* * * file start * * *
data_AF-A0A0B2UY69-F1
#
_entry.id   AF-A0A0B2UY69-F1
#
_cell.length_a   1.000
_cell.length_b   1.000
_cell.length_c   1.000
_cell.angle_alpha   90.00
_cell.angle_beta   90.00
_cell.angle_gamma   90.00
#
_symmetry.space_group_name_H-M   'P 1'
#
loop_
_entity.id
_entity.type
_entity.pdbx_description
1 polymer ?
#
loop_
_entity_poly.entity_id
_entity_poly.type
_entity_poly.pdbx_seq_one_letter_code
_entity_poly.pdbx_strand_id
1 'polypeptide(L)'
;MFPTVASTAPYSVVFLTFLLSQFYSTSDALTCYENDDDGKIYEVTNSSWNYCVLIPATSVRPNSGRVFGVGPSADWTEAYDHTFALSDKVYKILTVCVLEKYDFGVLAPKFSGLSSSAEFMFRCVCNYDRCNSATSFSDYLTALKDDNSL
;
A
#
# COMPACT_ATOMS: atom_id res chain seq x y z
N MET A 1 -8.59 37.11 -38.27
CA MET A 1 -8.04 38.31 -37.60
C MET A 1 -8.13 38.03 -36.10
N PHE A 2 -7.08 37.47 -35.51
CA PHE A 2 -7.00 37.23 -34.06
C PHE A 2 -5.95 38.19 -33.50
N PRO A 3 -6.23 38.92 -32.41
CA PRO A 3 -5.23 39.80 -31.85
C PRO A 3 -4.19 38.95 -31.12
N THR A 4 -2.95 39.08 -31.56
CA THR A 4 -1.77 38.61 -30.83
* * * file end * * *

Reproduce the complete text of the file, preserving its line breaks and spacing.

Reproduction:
data_AF-A0A0B2UY69-F1
#
_entry.id   AF-A0A0B2UY69-F1
#
_cell.length_a   1.000
_cell.length_b   1.000
_cell.length_c   1.000
_cell.angle_alpha   90.00
_cell.angle_beta   90.00
_cell.angle_gamma   90.00
#
_symmetry.space_group_name_H-M   'P 1'
#
loop_
_entity.id
_entity.type
_entity.pdbx_description
1 polymer ?
#
loop_
_entity_poly.entity_id
_entity_poly.type
_entity_poly.pdbx_seq_one_letter_code
_entity_poly.pdbx_strand_id
1 'polypeptide(L)'
;MFPTVASTAPYSVVFLTFLLSQFYSTSDALTCYENDDDGKIYEVTNSSWNYCVLIPATSVRPNSGRVFGVGPSADWTEAYDHTFALSDKVYKILTVCVLEKYDFGVLAPKFSGLSSSAEFMFRCVCNYDRCNSATSFSDYLTALKDDNSL
;
A
#
# COMPACT_ATOMS: atom_id res chain seq x y z
N MET A 1 -8.59 37.11 -38.27
CA MET A 1 -8.04 38.31 -37.60
C MET A 1 -8.13 38.03 -36.10
N PHE A 2 -7.08 37.47 -35.51
CA PHE A 2 -7.00 37.23 -34.06
C PHE A 2 -5.95 38.19 -33.50
N PRO A 3 -6.23 38.92 -32.41
CA PRO A 3 -5.23 39.80 -31.85
C PRO A 3 -4.19 38.95 -31.12
N THR A 4 -2.95 39.08 -31.56
CA THR A 4 -1.77 38.61 -30.83